The news of Barak's intentions to talk rocket shields on next week's trip, along with "a range of central regional and bilateral issues," according to a Defense Ministry statement, comes on the heels of his announcement that soon Israel will be nearly immune to rocket attacks.
A shield that protects Israel from 90 percent of rocket attacks will be up and running in the next few years, Barak told the Knesset State Control Committee Tuesday, according to a report from the Jerusalem Post.
"We are giving high priority to the production of a system involving several projects, which, within a few years, will provide protection for Israel from about 90 percent of all attempts to fire rockets at us, from (Iranian) Shihab missiles to Qassams (from Gaza)," he said. "In the longer range, we will have, for many reasons, to achieve a much higher interception level."
An estimate longer than "a few years" was not immediately available.
Barak, Israel Defense Force Chief of Staff Lt. Gen. Gabi Ashkenazi and former Defense Minister Amir Peretz appeared before the State Control Committee to discuss State Comptroller Micha Lindenstrauss' "highly critical report of the government's record in preparing the home front for war before and during the Second Lebanon War," according to the newspaper.
Southern Israel, and especially the Western Negev Desert area and the city of Sderot, sustain several Qassam rocket attacks per month launched from the nearby Gaza Strip. In the summer of 2006 northern Israel was also pummeled with rockets -- Katyushas launched from southern Lebanon by the guerrilla group Hezbollah -- in a monthlong war. Katyusha rockets were also fired on the country's northern region intermittently before last summer, but with the war came much more powerful, longer-range models that reached as far south as Hadera, a city half an hour's drive north of Tel Aviv.
The Israeli air force said that its Iron Dome system would be operational in "just a few years," according to the report. Iron Dome will be the first layer of a four-layer defense system in Israel: The Patriot missile batteries are the next line of defense, followed by the Arrow System and the still under-development Arrow 2, the newspaper said.
Continued cooperation on defense between the United States and Israel was also reaffirmed last week by President Shimon Peres. Speaking at the Parliament's opening session, Peres noted "the fight against ... terror (requires) not only national but also regional and global organization."
However, during the meeting at which Barak presented, not all members of the government supported the need to re-examine Israel's preparedness.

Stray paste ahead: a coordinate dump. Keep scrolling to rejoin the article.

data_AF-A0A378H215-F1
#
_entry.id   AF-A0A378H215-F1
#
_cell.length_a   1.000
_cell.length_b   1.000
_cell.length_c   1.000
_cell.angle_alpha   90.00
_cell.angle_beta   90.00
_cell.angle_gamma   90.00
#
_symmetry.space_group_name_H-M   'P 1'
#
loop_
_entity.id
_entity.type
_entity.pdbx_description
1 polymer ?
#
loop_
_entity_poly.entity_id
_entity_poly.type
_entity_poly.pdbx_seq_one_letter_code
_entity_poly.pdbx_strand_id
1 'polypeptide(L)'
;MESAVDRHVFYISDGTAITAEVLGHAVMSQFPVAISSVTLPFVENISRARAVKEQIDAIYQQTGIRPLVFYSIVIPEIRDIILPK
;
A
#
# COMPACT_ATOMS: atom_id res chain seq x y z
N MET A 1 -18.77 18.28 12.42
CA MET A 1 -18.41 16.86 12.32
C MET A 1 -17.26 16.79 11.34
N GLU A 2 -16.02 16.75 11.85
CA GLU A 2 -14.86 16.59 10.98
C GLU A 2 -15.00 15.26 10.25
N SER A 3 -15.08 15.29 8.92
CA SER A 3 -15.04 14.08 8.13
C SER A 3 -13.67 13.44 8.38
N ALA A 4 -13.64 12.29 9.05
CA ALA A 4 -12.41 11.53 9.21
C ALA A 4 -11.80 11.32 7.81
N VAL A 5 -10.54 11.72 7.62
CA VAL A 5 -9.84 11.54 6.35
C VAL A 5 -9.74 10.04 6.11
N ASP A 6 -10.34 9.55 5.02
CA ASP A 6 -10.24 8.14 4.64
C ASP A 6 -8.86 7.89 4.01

"During the meeting, Peretz, who served as defense minister during the war, took issue with the conclusions of the Lindenstrauss report, which found that the government had been hasty in going to war and should first have examined the readiness of the home front," according to the Jerusalem Post.
"I don't think anyone is authorized to say that the decision of the government to go to war was hasty," the newspaper quoted Peretz as saying. "It is absolutely clear that the act of going to war was the right thing to do."
U.S.-Israeli cooperation on missile defense is not new: The Arrow Weapons System was jointly developed by the two countries and continues to be upgraded. In late July the U.S. House Appropriations Committee approved $26 million in federal funding for the Arrow System Improvement Program, according to the office of Rep. Steve Rothman, D-N.J., a member of the House Appropriations Committee’s Subcommittee on Defense.
At that time, Rothman said of the appropriation, "The Arrow program is one of the most advanced missile defense systems around and has been proven to work in tests against real and surrogate targets in California and Israel.
"It provides essential protection against ballistic missiles for Israel’s civilian population, as well as U.S. troops in the Middle East.
"In light of Iran’s open hostility toward the U.S. and Israel, I consider increasing the effectiveness of the Arrow system to be essential to our defense. This technology, along with diplomacy, can help us avert another deadly and costly war,” Rothman said.
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